Money, money, money. Quickly. That's a simple summary of what Calgary is looking for in Tuesday's federal budget, but there's a little more nuance than that.
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And while the city government is eager for infrastructure funds that will help put citizens back to work, there are also indications that Employment Insurance rules will be tweaked in order to help Calgarians, and Albertans, find their footing.
1. Sexy infrastructure
It may not get the average Calgarian swooning, but politicians love to cut ribbons and make proclamations and stand in front of things like new LRT lines. Calgary politicians aren't immune and are getting excited about more federal cash for things like the Green Line, flood mitigation projects and maybe even some more cash for the still-incomplete ring road.
2. Not-so-sexy infrastructure
Always the bridesmaids, things like potholes, leaking roofs and plugged drains are critically important to fix in order for a city to function properly. Also important to the city? Affordable housing. "The number one thing you can do to have economic growth is to have a productive workforce, and you cannot have [that] if people don't have a decent place to live," Mayor Naheed Nenshi told CBC's The House.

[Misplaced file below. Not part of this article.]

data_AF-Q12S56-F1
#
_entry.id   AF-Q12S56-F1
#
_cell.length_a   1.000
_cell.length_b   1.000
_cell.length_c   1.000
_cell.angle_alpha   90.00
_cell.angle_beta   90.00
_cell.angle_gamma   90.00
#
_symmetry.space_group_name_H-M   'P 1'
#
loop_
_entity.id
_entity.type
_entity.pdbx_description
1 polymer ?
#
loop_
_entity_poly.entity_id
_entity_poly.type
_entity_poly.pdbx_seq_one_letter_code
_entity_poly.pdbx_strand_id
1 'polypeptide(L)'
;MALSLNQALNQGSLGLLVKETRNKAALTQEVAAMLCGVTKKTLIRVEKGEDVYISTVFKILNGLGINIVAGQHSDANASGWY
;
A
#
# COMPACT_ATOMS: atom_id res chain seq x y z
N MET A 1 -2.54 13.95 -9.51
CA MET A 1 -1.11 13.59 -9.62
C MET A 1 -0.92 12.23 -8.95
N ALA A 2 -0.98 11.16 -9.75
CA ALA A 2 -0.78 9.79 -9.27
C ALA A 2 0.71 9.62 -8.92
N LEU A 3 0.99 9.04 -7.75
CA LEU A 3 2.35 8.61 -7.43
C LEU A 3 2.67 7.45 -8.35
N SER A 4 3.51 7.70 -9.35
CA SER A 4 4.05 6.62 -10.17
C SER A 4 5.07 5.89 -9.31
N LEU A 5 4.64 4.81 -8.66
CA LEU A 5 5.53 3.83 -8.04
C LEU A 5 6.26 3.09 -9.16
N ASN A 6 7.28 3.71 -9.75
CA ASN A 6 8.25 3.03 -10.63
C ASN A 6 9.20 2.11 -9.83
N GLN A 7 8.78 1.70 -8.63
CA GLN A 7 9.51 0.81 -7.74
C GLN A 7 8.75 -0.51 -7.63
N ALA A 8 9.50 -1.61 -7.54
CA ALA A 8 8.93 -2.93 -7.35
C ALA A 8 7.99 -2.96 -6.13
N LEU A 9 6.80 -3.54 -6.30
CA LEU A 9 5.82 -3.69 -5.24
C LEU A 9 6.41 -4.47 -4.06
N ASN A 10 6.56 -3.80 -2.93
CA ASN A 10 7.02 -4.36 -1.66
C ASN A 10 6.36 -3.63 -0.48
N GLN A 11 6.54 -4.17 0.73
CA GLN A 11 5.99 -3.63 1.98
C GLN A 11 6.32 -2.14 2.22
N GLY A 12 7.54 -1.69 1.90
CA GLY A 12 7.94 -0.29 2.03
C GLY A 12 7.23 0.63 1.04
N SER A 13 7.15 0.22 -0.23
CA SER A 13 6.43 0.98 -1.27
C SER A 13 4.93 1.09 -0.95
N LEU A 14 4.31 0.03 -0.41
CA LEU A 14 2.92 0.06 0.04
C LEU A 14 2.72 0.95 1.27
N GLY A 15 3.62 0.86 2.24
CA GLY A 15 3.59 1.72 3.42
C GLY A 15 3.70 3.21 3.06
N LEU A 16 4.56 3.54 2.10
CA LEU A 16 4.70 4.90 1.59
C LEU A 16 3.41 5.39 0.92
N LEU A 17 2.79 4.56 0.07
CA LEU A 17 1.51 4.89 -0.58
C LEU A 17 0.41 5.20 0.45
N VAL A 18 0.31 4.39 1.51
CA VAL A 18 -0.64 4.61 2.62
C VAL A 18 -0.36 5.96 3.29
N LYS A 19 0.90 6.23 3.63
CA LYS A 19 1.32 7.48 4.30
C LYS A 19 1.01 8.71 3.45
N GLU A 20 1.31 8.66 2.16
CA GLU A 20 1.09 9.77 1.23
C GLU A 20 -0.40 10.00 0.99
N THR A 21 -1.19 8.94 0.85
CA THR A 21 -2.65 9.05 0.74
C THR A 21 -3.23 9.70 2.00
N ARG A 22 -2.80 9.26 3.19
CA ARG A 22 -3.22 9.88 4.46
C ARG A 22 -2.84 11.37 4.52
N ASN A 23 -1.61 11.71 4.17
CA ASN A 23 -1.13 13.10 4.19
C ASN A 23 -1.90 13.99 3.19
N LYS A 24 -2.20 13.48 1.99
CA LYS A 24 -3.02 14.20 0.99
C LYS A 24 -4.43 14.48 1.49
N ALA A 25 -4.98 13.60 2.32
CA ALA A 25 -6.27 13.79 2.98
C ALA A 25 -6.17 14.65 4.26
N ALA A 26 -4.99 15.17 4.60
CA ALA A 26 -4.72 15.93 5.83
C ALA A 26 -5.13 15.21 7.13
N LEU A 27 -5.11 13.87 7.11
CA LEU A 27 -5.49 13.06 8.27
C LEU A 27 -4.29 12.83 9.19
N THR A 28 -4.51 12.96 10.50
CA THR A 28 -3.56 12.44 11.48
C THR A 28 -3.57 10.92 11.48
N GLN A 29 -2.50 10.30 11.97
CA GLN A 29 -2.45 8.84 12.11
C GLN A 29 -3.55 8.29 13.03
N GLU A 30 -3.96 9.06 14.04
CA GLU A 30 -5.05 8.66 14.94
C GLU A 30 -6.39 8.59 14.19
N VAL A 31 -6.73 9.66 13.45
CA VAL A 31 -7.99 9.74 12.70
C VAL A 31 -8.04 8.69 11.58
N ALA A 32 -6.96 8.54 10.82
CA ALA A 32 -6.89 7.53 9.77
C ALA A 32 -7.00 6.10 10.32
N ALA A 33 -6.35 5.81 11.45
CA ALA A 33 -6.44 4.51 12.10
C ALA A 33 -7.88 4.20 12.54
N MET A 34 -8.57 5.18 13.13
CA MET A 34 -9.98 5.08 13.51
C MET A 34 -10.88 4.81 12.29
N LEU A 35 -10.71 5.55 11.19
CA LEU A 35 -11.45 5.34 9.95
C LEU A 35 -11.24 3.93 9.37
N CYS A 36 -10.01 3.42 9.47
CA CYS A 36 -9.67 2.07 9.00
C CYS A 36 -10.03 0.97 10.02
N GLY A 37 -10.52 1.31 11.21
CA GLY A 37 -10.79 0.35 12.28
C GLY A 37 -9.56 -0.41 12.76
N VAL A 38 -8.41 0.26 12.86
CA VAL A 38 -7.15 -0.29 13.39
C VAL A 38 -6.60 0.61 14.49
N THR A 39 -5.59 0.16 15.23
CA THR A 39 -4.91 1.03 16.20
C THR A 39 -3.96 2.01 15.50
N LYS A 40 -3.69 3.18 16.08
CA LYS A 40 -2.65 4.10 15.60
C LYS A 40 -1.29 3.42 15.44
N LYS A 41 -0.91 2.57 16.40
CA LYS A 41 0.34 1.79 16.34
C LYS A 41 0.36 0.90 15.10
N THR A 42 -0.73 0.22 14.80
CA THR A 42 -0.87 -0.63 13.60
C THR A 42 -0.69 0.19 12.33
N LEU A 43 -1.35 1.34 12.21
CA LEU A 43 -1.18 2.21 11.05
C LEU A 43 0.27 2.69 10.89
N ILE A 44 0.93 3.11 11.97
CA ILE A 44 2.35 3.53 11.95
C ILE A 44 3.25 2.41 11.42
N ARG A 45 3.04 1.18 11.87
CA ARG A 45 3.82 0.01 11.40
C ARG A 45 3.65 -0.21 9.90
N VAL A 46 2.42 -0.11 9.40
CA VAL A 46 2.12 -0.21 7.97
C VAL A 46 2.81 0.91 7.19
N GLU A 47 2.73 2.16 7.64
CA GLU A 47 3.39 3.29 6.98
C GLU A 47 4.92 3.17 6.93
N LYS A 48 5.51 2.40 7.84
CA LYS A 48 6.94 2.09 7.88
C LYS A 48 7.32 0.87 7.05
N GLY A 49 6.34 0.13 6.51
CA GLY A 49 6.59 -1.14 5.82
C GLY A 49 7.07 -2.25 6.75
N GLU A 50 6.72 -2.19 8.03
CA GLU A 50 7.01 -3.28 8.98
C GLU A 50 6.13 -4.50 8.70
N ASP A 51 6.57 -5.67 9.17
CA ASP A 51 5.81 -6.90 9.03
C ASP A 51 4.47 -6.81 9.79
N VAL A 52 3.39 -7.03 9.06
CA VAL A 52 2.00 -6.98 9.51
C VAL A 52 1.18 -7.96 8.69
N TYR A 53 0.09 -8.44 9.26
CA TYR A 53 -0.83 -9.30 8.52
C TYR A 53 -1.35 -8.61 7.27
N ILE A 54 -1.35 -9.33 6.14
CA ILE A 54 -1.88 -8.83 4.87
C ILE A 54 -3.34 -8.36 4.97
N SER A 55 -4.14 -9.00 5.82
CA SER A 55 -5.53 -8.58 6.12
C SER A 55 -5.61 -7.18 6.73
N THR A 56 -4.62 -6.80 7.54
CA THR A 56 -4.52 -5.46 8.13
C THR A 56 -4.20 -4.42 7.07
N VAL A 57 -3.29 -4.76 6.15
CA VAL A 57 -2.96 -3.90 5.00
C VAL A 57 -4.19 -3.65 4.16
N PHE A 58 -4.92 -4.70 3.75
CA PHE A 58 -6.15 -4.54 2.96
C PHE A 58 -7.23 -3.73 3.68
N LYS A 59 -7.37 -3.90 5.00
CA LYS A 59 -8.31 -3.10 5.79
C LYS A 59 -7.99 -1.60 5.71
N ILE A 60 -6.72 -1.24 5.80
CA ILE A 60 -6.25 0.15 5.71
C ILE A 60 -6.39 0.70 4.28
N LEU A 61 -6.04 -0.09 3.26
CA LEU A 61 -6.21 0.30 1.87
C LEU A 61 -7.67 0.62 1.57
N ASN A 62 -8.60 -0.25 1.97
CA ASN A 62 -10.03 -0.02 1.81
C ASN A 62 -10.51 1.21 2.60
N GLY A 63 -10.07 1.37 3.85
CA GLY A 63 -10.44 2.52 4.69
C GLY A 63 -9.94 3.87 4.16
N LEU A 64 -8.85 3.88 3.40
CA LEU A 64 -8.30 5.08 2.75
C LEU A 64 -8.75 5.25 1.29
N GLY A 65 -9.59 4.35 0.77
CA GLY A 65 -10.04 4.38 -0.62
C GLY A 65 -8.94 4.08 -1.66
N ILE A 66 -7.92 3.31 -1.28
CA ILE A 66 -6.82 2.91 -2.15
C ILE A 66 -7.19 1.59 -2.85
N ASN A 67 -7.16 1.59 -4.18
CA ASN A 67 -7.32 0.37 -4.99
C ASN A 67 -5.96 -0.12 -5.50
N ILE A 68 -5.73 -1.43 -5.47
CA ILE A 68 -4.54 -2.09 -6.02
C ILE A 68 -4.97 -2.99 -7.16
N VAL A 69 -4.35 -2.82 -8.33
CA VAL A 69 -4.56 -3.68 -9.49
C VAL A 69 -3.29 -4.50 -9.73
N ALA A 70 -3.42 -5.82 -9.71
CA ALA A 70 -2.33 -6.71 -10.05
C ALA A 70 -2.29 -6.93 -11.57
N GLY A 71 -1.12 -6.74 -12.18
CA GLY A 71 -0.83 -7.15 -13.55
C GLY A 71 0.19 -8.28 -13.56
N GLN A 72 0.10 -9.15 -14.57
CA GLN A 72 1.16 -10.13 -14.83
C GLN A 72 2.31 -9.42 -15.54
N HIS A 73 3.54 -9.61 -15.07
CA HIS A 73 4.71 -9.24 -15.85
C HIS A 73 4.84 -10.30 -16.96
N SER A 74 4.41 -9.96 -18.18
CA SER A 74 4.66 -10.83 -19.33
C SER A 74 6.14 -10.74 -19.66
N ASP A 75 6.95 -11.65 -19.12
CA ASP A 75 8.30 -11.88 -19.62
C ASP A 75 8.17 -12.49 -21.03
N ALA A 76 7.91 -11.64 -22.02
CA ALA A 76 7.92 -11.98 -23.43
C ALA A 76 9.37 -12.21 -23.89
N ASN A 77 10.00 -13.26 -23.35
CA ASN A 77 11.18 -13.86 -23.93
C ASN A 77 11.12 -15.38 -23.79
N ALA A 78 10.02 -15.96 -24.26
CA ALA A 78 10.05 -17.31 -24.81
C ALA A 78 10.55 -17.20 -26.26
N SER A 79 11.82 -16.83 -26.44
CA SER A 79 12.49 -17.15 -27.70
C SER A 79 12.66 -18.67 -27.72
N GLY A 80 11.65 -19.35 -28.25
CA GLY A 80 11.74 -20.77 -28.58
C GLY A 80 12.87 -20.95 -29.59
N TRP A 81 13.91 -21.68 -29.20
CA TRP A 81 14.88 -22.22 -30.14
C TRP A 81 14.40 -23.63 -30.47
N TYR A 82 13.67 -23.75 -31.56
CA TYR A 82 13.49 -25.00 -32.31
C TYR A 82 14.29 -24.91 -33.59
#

3. Social safety net
There are many Calgarians affected by the crash in oil prices and it's likely the feds are going to tackle the issue on two fronts. It's anticipated Employment Insurance rules will be relaxed to make it easier for those hit by the oil slump to access benefits. That could include extending how long someone can receive EI. There could also be rule changes allowing people to work low-wage jobs while receiving a government cheque. On a related note, McDonald's is looking to add 1,900 Albertans to its ranks.
4. Less red tape
Nenshi wants the money and he wants it quickly in order to get people working on shovel-ready infrastructure projects. He may get his wish. University of British Columbia economist Kevin Milligan, who also sat on Trudeau's economic advisory council, told the Canadian Press he wouldn't be surprised to see money transfers for infrastructure sped up for areas with weak economies, including Alberta.
5. A bigger share
Right now the federal government contributes one third of spending on joint infrastructure projects, but that could change. Speaking to The House, Nenshi said the feds have to increase their share. "Not all of the provinces nor the cities can afford to cost-share so that we can get stuff in the ground this summer," he said. In one local example, Ottawa has pledged $1.53 billion for the Green Line of the LRT, one-third of the estimated cost.